KH: The first time we ever stepped foot onstage was August 8, 2002. We played four songs because that’s all we had was four songs. Just saying that out loud gave me chill bumps all over my arms and legs because it’s insane, but you know what’s really interesting from my perspective as a person who fought, fought, fought, fought and fought and inched their way through the music industry and did well enough. I had publishing deals, record deals and worldwide tours, whatever, but it was always so hard and this band steps up and supports what I’ve always said to people. They would ask me, “How do you make it in this business?” I’m like, “You’re asking me? I don’t have the slightest idea. This all fell in my lap and it’s been a huge struggle for me ever since so I couldn’t tell you the first thing on how to go about getting it.” But I always believed that if you have the right thing, the waters will part for you. This is what has happened with this band. I feel like Moses is standing in front of us, “Part the Red Sea!” It’s been like that for us. Kristian, Jennifer and I know how hard being in a band is all the time. On one hand you can’t believe it’s happening and I don’t think it really sinks in for any of us what’s happening to us. It doesn’t seem real because it’s too easy. On some level, I wonder if we’re doing something great if it doesn’t feel hard. It’s an odd feeling, but the overall feeling is “Wow! This is so awesome!” I’ve seen this happen to friends before where they just walked in and everything parted for them. I’m happy for us because we love what we do and we have a great time doing it and I think the audience knows it. I think they share that and we give out and they give back and it’s like a big energy exchange at a show. That’s our biggest ambition. I mean, I traveled around as “Kristen Hall” singing these dingy songs about having my heart broken or being pissed off at my parents or whatever it was and finally it got to where it was like, “Oh my God, I can’t do this anymore.” I don’t know how people like Tori Amos can get up every day. God bless her out there singing about the worst moments of her life day after day. With us, it was a complete conscious decision to write songs that make us happy. When I was solo, I felt very inhibited emotionally to…how do I describe it? You have to be very confident to sing happy songs. You really do. When you’re insecure you can go out there and go, “I hate life.” That’s pretty easy. It’s a lot harder to go up and be happy. It’s so different now. I’m present onstage. I actually will remember a show. The way it used to be was that I could play Carnegie Hall and then be like, “I did? I don’t remember it.” There was so much focus on me that I had to remove myself emotionally from the situation to even cope with it. The first time that actually changed for me was at On The Bricks last year. Sugarland was still looking for a singer and I had been working with an artist named Alice Peacock who had a record coming out. She got a last minute gig at On The Bricks and asked if Sugarland would back her up. We thought, “Sure, we’ll do it.” We got together and learned eight or nine songs and we stood out on that stage and for the first time in my entire career I opened my eyes. Some time during the first song I looked out in the audience and no one was looking at me. They were all looking to the left. I thought the stage was on fire or something. I’d never been in a situation where everyone wasn’t looking at me. I realized that they were looking at Alice. “Isn’t that cool?” All of a sudden, I was having a good time. The pressure’s off. It’s fun. Who knew? That’s what it’s like being in this band. It’s not all about me.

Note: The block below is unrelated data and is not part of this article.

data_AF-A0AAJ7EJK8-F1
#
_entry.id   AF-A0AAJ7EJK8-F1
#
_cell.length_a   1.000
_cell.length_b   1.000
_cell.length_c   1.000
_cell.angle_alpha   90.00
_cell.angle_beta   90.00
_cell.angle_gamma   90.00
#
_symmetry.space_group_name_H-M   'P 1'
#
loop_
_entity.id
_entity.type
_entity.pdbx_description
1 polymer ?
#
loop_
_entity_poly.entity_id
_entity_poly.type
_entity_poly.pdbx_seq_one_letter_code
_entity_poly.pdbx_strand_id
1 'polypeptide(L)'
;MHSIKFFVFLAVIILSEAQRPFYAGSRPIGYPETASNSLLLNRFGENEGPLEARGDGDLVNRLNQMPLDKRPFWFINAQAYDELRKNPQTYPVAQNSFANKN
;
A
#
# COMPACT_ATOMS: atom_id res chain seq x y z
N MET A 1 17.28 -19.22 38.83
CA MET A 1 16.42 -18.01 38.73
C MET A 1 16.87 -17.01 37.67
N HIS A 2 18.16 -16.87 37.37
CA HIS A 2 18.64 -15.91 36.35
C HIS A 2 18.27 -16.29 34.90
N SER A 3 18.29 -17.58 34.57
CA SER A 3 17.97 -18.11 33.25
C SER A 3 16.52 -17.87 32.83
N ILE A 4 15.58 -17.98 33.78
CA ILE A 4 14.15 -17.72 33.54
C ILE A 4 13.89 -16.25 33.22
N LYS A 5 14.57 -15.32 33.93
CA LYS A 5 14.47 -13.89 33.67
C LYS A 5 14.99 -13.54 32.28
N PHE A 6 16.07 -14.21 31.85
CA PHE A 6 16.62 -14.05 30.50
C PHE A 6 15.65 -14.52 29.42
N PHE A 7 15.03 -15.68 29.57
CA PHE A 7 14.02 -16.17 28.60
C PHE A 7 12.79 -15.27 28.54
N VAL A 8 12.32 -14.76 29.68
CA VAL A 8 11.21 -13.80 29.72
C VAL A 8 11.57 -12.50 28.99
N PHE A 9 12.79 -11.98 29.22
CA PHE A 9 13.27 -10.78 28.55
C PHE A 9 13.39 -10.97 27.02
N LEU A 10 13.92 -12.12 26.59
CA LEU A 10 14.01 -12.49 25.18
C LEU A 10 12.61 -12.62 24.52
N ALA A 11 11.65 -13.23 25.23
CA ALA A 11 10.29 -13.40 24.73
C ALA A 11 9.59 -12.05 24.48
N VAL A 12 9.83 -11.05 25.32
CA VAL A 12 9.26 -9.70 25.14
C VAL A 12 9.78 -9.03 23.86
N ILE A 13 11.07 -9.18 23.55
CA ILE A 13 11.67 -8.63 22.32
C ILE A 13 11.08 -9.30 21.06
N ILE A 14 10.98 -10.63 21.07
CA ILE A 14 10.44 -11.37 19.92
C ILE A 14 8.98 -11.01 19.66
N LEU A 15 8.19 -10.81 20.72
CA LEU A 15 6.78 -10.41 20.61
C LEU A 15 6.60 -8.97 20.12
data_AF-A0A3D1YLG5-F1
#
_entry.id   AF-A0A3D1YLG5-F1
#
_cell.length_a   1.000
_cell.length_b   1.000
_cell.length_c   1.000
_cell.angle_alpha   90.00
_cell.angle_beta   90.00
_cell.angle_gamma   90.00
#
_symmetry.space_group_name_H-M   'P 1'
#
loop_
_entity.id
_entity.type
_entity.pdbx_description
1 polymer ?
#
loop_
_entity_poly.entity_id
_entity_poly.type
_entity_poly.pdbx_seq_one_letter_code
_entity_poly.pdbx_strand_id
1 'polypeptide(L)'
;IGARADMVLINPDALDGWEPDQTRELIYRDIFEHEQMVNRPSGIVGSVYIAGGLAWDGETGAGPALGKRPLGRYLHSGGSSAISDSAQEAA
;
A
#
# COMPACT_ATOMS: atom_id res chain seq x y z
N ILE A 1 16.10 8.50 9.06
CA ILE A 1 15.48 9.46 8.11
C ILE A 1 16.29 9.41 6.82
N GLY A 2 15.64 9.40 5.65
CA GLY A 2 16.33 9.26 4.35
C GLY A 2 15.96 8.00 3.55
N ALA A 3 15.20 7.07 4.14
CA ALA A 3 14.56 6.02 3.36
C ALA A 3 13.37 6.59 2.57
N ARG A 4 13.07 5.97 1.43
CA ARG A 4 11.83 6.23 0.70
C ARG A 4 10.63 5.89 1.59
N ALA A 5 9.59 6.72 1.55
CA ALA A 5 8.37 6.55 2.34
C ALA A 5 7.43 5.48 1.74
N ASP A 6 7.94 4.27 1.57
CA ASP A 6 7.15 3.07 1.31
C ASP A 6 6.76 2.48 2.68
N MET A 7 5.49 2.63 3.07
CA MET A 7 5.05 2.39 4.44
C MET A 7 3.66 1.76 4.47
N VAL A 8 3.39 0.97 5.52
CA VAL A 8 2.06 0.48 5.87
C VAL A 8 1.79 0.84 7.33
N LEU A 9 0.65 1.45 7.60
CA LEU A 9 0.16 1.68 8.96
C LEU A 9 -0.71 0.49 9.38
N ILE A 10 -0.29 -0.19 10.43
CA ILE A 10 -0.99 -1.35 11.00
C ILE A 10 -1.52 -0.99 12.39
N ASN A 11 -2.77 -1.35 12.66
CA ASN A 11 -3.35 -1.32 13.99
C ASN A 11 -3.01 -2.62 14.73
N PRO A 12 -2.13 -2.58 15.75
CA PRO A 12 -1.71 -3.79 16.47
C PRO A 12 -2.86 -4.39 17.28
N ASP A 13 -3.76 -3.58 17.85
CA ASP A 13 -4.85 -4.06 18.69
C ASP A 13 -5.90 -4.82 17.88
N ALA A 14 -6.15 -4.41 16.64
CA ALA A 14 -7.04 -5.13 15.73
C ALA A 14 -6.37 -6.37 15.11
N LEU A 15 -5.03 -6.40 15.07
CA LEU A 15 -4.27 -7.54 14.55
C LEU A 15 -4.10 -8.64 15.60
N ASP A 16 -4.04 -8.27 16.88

CM: How did you wind up hooking up with Jennifer? She was doing pretty well on her own after all?